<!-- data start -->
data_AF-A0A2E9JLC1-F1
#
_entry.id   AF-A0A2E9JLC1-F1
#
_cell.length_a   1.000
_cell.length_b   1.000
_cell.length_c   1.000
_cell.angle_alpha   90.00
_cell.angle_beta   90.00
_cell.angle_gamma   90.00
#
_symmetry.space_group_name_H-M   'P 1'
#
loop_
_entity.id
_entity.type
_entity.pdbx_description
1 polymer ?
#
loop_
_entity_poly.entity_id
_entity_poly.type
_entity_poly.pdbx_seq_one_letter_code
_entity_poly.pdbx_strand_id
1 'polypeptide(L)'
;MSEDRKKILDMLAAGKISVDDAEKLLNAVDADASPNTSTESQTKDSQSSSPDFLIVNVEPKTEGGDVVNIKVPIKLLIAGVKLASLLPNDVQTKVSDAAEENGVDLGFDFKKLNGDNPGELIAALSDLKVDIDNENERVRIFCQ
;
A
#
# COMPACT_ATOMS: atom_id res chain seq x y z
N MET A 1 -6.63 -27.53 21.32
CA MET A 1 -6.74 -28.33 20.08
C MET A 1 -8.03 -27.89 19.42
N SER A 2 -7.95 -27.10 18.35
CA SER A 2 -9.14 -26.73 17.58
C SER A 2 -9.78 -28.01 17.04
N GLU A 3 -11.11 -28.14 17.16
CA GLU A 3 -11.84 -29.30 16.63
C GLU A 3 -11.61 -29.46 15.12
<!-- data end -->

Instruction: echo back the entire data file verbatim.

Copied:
data_AF-A0A2E9JLC1-F1
#
_entry.id   AF-A0A2E9JLC1-F1
#
_cell.length_a   1.000
_cell.length_b   1.000
_cell.length_c   1.000
_cell.angle_alpha   90.00
_cell.angle_beta   90.00
_cell.angle_gamma   90.00
#
_symmetry.space_group_name_H-M   'P 1'
#
loop_
_entity.id
_entity.type
_entity.pdbx_description
1 polymer ?
#
loop_
_entity_poly.entity_id
_entity_poly.type
_entity_poly.pdbx_seq_one_letter_code
_entity_poly.pdbx_strand_id
1 'polypeptide(L)'
;MSEDRKKILDMLAAGKISVDDAEKLLNAVDADASPNTSTESQTKDSQSSSPDFLIVNVEPKTEGGDVVNIKVPIKLLIAGVKLASLLPNDVQTKVSDAAEENGVDLGFDFKKLNGDNPGELIAALSDLKVDIDNENERVRIFCQ
;
A
#
# COMPACT_ATOMS: atom_id res chain seq x y z
N MET A 1 -6.63 -27.53 21.32
CA MET A 1 -6.74 -28.33 20.08
C MET A 1 -8.03 -27.89 19.42
N SER A 2 -7.95 -27.10 18.35
CA SER A 2 -9.14 -26.73 17.58
C SER A 2 -9.78 -28.01 17.04
N GLU A 3 -11.11 -28.14 17.16
CA GLU A 3 -11.84 -29.30 16.63
C GLU A 3 -11.61 -29.46 15.12